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Topic: Polyester Resin Issue - HELP!!  (Read 3665 times)
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sheena.lee
« on: August 24, 2009 07:49:20 PM »

This probably has been asked before but I can't find anything super specific to what I need.

Three days ago I tried my hand at polyester resin (castin craft).  I did some embedding with different objects and they turned out okay except for 1 detail... the exposed surface (the back) is STILL sticky.  It's been over 72hrs.  Also the front part (that was touching the mold) got some finger prints after I took a few out last night.
Now would be an appropriate time to mention that I used some soap molds and no mold conditioner/release, mainly because craft store sin Montreal pretty much SUCK.  (sorry omer deserres... i can't love you anymore.)  So basically I was unable to get most of the casts out of the molds, but that's not really the issue... they didn't turn out that well anyway and I don't foresee myself using them for other projects.

SO, I bought some siligum (fun!!) and made a couple flexible molds.  That's 1 issue solved.

How do I get rid of the stickiness issue?  The finger prints look terrible...  I really want to know if I did something wrong before I mix some more resin and run into the same problem...  Help!! Sad
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smittenheart
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« Reply #1 on: August 24, 2009 08:25:23 PM »

cant say there is..I know some have coated it with sealer but the prints may stay even after the sealer is cured..

as for the why?? it could be a slight mismeasurement with the the 2 liquids and maybe not enough stirring..

if its not cured after 3 days then something is a little off..

good luck..and silicone molds work perfectly..good luck Smiley cant wait to see what you come up with..
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its ME!!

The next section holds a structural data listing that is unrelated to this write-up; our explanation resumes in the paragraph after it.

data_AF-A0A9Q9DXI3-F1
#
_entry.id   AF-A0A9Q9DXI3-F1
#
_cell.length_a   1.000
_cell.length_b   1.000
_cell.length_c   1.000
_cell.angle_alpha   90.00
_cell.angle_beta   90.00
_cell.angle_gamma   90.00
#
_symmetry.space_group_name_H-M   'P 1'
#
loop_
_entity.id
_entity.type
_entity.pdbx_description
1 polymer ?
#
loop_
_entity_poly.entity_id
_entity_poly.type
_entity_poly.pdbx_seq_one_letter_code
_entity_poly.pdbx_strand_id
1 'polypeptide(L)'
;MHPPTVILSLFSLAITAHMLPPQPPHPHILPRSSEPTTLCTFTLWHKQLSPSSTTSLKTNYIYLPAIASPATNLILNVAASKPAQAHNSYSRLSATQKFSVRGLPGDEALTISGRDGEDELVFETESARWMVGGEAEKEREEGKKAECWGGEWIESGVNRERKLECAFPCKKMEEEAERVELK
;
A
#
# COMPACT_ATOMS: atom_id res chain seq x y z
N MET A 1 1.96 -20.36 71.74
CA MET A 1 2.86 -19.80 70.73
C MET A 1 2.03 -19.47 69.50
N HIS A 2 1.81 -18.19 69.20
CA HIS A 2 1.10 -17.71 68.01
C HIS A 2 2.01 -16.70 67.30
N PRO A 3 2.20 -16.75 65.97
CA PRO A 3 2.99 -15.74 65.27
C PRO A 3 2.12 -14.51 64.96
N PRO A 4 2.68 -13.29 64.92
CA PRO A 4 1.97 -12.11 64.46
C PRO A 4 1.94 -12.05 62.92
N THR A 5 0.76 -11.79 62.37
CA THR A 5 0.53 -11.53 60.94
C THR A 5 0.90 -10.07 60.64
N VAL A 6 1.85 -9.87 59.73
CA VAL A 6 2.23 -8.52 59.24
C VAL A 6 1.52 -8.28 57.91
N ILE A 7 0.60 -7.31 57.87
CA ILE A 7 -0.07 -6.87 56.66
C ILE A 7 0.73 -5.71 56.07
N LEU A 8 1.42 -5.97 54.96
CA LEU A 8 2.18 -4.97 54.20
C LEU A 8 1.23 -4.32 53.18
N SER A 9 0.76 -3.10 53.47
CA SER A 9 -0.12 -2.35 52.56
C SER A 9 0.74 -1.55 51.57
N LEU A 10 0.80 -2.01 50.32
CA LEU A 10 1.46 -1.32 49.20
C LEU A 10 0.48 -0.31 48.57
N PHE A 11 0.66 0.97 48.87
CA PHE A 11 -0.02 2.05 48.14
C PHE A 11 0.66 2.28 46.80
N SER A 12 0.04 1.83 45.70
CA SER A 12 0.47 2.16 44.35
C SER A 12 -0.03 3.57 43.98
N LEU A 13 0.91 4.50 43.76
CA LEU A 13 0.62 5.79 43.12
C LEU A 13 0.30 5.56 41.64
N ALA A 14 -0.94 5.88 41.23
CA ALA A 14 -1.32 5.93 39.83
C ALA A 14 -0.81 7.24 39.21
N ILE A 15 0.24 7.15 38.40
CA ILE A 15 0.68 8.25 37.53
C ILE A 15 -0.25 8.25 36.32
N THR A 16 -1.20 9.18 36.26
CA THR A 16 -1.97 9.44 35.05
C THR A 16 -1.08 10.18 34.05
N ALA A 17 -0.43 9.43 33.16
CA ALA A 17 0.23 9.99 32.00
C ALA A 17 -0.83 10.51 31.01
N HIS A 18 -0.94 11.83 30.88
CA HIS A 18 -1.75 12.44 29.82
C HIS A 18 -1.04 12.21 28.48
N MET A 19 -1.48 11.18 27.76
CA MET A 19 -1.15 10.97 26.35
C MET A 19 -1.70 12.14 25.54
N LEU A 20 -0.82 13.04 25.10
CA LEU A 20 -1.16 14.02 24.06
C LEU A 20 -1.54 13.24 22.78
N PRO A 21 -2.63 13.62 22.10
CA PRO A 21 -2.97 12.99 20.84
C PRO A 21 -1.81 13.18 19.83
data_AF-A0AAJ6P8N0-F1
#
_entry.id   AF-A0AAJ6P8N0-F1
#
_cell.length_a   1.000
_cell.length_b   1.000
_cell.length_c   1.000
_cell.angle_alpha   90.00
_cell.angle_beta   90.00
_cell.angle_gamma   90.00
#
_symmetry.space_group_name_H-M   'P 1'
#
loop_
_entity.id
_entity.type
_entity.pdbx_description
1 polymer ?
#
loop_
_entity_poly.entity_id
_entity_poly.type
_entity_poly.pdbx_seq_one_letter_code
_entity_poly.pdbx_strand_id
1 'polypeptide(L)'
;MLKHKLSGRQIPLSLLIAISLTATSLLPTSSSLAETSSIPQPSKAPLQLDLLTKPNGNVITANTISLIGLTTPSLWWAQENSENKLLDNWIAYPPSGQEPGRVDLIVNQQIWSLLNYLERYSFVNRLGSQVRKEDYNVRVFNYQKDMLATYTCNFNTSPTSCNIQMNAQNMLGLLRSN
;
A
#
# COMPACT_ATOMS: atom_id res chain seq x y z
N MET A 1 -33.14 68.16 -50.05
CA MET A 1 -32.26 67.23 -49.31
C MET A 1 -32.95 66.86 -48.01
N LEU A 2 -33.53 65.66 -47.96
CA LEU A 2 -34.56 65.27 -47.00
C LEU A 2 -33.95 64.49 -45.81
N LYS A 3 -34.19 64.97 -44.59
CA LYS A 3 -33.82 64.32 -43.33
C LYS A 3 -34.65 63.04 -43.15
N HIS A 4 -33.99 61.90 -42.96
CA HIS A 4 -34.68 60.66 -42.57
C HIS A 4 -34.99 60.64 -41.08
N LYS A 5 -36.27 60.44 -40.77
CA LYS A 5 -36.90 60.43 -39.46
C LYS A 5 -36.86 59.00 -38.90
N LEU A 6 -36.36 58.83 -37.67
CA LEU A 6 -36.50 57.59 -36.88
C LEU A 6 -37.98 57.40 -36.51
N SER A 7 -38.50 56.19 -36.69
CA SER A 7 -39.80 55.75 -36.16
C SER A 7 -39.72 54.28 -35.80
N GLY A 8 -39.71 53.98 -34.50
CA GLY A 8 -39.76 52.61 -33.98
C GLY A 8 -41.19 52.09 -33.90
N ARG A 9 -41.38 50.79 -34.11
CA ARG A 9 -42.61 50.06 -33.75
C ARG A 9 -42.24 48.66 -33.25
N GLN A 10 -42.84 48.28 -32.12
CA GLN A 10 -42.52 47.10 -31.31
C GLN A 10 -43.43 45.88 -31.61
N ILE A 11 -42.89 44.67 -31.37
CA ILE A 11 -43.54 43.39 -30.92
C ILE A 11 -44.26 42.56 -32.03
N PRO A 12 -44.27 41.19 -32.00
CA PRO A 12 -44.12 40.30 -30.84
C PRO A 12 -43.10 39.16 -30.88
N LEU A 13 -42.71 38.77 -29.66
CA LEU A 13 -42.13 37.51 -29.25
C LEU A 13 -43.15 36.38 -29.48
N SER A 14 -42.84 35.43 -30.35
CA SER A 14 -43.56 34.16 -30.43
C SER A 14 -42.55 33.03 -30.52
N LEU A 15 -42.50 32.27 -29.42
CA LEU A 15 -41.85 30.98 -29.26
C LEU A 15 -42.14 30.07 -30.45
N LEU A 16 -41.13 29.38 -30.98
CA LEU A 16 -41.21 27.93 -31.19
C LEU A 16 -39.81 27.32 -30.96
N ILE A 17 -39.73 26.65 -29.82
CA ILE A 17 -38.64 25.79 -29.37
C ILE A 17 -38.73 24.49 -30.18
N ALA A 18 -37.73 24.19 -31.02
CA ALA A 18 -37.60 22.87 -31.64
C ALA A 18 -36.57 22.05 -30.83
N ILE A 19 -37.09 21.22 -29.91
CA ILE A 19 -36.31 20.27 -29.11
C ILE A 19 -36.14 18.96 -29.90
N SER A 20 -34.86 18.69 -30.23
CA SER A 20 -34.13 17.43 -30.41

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Diane B.
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« Reply #2 on: August 25, 2009 10:56:49 AM »

Quote
How do I get rid of the stickiness issue?  The finger prints look terrible...  I really want to know if I did something wrong before I mix some more resin and run into the same problem.

You probably didn't do anything "wrong" (though you might have--incomplete mixing, too much humidity, etc) but it's important to understand that polyester resins don't cure thoroughly in the presence of air (like epoxy resins will), so the side of the resin exposed to air while in the mold can have surface problems.  
Certain things can increase that problem, but also some things can be done before or after curing to fix or prevent the problem.  Rather than explaining them all here, check out the Polyester Resin category on this page of my site for loads of details:
http://www.glassattic.com/polymer/other_materials.htm

P.S.  You could instead use a type of epoxy resin that has been tweaked so it can be used in deep molds (which regular epoxies don't usually work well in), but that particular resin (Easy Cast) has its own problems after curing in that its surface can become softer, and it can even become flexible if thin, when exposed to heat--even body heat.


HTH,

Diane B.

« Last Edit: August 25, 2009 10:58:32 AM by Diane B. » THIS ROCKS   Logged

POLYMER CLAY "ENCYCLOPEDIA" 
http://glassattic.com/polymer/contents.htm
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sheena.lee
« Reply #3 on: August 25, 2009 06:01:45 PM »

Thanks for the info guys!  The epoxy resin sold in craft stores here are the store's own brand called Vitra-Laque.  I'm not sure if it's designed for deep molds, but "laque" to me sounds like "lacquer" which makes me think that it's supposed to be used as a coat and not in a mold.

I tried mixing some more polyester resin this evening.  I mixed it really well and made sure that the resin was completely uniform before pouring it.  It's also less humid so I hope that helps too.  So far they seem to have turned out much better already, I made a really deep one that became fairly solid very quickly, so I'm hoping at least that one turns out if none of the others do.

Thank you for the link Diane!  I had actually stumbled upon your website yesterday afternoon but I was at work and couldn't look at it for very long.  I'm going to read some more tonight.

My idea is, if its slightly sticky, I could use some sort of sealer on both sides of the cast handling it only with rubber gloves to minimize finger prints.  Would that work?

Is it recommended to use the same brand of sealer? Or would any kind of clear coat work?  I know that craft stores around here don't sell anything except the resin and the catalyst/hardener.